On that note, Hemphill noted one of the challenges of the new record was to agree on a place where songs were “finished,” something which was complicated by using computers in songwriting, a new route which led to the tendency of getting carried away. Luckily, he shared that they have worked together so long that they know how to keep one another in check.
“Angus and I have the benefit of having complimenting contrasting personal qualities. I’m a pretty harsh editor, where I find the 30 or so tools that I like out of the bazillion…and that’s what I do, whereas Angus kind of explores forever. [Eventually] one of us will sort of put a lid on it, and it changes who that person is,” he said. “[Even so], I don’t feel that we have any authority in what we do anyway. That’s part of this anxiety. How can I do this for 12 years and still not know how to make a record?”
Yet in spite of this lingering sense of uncertainty or feeling like he lacks the proper know-how, Hemphill did say that the band takes each successive album as a learning experience, even if it is after the fact.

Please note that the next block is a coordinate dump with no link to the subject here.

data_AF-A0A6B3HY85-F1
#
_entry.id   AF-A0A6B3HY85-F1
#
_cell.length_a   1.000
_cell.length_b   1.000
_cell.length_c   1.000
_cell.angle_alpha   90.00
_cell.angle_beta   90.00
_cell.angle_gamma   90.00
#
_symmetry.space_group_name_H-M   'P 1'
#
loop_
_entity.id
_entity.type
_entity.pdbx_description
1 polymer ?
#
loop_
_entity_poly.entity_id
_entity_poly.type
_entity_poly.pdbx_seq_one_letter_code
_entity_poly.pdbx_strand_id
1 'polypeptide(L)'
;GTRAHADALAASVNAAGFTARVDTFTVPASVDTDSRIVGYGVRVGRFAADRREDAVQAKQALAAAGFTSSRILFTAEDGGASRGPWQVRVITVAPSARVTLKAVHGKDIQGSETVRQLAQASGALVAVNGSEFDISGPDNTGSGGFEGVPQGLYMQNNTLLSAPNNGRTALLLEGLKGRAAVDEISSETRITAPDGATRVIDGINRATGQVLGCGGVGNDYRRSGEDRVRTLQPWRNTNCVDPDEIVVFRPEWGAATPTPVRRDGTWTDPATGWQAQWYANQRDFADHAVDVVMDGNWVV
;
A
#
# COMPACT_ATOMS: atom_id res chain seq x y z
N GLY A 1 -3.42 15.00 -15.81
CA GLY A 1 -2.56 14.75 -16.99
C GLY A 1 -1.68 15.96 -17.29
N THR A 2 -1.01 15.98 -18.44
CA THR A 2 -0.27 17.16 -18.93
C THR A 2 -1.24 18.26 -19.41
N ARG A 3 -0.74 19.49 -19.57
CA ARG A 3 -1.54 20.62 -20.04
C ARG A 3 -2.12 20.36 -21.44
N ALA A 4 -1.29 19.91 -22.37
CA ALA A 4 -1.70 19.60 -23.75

“We definitely analyze to death everything we do,” he said of the music.
Interestingly enough, however, Hemphill also noted that it’s always the smaller things that they labor on or spend ages reflecting on, whereas the decisions that affect everything on a larger scale often involve very little discussion or debate.
“Normally about a year into tour…Angus and I will have a discussion that usually lasts about 10 minutes, and a lot of huge life decisions are made,” he said. “We just want to do what’s interesting to us. I mean, afterwards of course, like discussions come into play and figuring out what things could mean, where the concept can go, but that initial reason for doing [something is that it feels right].”
Liars play tonight at Festsaal Kreuzberg in Berlin. The show begins at 21.00.